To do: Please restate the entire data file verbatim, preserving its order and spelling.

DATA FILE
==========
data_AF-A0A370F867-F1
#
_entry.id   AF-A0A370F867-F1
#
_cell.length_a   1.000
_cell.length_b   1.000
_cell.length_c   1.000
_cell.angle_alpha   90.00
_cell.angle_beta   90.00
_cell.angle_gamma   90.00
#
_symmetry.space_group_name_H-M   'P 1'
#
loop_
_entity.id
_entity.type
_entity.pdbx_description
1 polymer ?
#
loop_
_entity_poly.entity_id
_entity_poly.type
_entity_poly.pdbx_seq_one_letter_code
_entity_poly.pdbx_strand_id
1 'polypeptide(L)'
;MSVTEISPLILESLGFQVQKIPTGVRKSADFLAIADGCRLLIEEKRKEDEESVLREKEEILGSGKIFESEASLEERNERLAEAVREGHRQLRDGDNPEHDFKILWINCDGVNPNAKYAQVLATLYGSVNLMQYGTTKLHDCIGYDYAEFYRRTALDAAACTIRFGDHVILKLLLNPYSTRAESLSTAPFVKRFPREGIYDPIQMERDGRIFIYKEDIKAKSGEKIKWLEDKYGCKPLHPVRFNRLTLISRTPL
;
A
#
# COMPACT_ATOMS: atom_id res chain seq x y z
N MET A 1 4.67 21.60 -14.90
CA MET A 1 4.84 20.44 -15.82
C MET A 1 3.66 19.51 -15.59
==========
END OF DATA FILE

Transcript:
data_AF-A0A370F867-F1
#
_entry.id   AF-A0A370F867-F1
#
_cell.length_a   1.000
_cell.length_b   1.000
_cell.length_c   1.000
_cell.angle_alpha   90.00
_cell.angle_beta   90.00
_cell.angle_gamma   90.00
#
_symmetry.space_group_name_H-M   'P 1'
#
loop_
_entity.id
_entity.type
_entity.pdbx_description
1 polymer ?
#
loop_
_entity_poly.entity_id
_entity_poly.type
_entity_poly.pdbx_seq_one_letter_code
_entity_poly.pdbx_strand_id
1 'polypeptide(L)'
;MSVTEISPLILESLGFQVQKIPTGVRKSADFLAIADGCRLLIEEKRKEDEESVLREKEEILGSGKIFESEASLEERNERLAEAVREGHRQLRDGDNPEHDFKILWINCDGVNPNAKYAQVLATLYGSVNLMQYGTTKLHDCIGYDYAEFYRRTALDAAACTIRFGDHVILKLLLNPYSTRAESLSTAPFVKRFPREGIYDPIQMERDGRIFIYKEDIKAKSGEKIKWLEDKYGCKPLHPVRFNRLTLISRTPL
;
A
#
# COMPACT_ATOMS: atom_id res chain seq x y z
N MET A 1 4.67 21.60 -14.90
CA MET A 1 4.84 20.44 -15.82
C MET A 1 3.66 19.51 -15.59